The implementation of national educational reform in China calls for newer and stronger school administration. Recognizing the need to establish a knowledge base for leadership development, we employ a set of existing US professional standards for educational leaders as a frame of reference to unpack the complex role of Chinese superintendents. Using data collected from two surveys administered to more than 200 Chinese superintendents in 2007, we find that many indicators of leadership considered essential in the United States are also viewed as necessary for effective superintendency in China. Feedback from the superintendents also points out gaps between what is perceived as important and what is in practice. This article contributes to the efforts of building meaningful global dialogues among researchers and practitioners on developing a new generation of education administrators.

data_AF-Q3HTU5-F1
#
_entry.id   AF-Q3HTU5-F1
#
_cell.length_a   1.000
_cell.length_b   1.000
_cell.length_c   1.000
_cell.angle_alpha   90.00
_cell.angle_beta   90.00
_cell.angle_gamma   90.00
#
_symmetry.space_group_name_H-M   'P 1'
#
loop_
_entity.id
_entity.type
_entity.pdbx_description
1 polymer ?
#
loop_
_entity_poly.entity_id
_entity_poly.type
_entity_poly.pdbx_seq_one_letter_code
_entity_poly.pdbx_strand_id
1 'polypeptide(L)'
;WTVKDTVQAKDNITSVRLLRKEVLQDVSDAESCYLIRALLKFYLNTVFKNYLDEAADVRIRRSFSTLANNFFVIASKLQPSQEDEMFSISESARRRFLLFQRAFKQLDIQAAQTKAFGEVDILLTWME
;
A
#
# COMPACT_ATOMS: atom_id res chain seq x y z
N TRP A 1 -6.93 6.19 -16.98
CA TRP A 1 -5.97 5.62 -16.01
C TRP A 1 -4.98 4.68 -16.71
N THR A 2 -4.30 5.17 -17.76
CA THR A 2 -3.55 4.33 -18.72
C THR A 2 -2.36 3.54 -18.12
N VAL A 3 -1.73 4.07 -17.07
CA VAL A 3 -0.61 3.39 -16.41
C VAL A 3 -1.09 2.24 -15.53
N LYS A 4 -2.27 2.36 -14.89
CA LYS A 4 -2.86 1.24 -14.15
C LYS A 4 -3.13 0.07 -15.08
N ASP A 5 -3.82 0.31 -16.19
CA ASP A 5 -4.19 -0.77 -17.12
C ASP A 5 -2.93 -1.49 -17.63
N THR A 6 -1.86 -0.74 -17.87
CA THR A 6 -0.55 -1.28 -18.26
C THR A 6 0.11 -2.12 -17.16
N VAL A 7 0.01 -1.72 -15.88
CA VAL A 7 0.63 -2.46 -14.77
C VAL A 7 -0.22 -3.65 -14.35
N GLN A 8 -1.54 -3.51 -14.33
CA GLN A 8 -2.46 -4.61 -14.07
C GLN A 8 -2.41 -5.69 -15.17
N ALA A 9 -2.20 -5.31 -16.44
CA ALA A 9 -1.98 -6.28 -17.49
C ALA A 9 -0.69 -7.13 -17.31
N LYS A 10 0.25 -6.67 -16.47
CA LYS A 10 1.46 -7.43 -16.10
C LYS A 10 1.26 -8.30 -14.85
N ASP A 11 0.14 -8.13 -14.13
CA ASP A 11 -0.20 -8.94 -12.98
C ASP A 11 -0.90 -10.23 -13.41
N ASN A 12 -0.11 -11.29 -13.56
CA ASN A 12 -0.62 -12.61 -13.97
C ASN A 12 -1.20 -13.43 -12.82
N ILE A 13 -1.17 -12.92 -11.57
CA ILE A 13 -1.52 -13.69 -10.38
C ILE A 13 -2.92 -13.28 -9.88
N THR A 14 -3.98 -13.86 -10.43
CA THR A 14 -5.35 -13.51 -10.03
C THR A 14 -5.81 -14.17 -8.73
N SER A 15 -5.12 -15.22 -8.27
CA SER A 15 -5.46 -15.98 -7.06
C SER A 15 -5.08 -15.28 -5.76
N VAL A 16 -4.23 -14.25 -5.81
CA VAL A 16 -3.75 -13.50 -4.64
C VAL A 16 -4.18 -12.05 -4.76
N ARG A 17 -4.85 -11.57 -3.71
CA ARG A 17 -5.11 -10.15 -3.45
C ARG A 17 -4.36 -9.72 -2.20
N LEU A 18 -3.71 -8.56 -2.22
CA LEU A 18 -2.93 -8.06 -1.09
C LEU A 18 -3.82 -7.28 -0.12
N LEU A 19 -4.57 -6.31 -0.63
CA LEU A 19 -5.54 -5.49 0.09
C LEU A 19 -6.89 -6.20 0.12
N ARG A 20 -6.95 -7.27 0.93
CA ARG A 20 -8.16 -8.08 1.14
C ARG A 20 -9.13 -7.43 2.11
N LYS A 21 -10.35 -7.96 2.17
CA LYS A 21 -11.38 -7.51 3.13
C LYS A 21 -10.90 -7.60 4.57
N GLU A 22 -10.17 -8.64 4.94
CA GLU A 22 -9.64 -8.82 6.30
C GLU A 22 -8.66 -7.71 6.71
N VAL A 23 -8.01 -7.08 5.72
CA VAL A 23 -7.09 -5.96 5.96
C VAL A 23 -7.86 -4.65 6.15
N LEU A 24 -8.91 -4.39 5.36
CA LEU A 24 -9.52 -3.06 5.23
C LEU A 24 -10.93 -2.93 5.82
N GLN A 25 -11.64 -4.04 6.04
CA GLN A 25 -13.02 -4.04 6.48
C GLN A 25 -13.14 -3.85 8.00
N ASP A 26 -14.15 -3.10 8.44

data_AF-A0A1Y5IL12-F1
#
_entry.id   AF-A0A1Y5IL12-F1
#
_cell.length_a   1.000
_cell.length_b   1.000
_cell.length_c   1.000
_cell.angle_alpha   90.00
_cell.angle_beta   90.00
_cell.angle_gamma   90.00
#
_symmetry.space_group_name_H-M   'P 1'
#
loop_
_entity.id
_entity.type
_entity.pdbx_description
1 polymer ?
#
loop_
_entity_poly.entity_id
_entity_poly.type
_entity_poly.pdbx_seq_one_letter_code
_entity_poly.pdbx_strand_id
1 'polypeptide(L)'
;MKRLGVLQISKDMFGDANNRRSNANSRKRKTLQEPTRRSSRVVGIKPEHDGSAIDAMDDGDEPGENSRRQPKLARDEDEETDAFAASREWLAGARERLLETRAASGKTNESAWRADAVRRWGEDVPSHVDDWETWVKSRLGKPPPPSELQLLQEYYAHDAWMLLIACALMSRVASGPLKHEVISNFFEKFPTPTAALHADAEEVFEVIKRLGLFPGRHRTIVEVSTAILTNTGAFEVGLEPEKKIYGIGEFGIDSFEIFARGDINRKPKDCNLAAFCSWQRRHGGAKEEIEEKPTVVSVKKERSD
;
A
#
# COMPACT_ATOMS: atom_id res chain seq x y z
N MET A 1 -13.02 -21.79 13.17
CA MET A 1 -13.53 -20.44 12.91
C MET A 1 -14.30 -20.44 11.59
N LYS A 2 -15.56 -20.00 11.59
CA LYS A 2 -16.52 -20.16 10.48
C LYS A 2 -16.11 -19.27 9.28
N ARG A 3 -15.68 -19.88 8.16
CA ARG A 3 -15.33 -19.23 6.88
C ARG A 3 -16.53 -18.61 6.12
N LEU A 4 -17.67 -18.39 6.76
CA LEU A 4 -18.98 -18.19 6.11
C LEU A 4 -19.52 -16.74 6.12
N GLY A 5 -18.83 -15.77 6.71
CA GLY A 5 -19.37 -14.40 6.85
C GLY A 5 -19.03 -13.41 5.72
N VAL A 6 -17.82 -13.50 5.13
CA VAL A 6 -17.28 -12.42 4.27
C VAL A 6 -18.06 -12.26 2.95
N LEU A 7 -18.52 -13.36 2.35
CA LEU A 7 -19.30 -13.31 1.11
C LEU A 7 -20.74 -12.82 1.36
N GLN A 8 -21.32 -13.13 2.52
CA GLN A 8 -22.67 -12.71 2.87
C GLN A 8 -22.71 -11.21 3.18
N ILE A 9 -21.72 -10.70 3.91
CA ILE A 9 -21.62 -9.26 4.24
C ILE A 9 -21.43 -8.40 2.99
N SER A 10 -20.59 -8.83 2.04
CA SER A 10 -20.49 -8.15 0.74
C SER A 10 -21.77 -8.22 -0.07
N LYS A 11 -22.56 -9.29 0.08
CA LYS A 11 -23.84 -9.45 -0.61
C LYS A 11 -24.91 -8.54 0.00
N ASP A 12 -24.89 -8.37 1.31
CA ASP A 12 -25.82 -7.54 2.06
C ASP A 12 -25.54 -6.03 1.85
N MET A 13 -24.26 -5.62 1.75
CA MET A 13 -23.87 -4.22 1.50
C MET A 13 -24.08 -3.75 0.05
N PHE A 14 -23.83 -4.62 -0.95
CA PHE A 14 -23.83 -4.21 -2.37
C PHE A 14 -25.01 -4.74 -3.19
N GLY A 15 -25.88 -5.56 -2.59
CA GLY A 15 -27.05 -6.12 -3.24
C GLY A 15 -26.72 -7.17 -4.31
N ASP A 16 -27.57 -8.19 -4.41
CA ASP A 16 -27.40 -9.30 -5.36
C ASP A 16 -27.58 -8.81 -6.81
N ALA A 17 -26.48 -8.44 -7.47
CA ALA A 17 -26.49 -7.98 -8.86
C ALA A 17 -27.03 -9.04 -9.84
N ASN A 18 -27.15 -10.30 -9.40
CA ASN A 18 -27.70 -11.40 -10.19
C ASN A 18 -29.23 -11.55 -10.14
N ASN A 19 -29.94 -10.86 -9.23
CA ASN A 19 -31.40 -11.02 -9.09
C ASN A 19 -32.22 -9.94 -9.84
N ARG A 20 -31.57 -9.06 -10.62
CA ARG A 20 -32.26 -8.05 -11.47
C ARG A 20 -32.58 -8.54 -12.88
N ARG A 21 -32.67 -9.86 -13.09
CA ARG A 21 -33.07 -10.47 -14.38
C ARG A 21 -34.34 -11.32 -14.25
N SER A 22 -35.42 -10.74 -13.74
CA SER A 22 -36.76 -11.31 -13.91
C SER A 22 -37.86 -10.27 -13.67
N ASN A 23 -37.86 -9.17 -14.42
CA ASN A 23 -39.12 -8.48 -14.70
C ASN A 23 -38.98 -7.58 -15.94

Cravens, X., Liu, Y., & Grogan, M. (2012). Understanding the Chinese superintendency in the context of quality-oriented education reform. Comparative Education Review, 56(2): 270-299. doi: 10.1086/661771
University of Chicago Press
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This article was originally published in Comparative Education Review, volume 56, issue 2, in 2012. DOI:10.1086/661771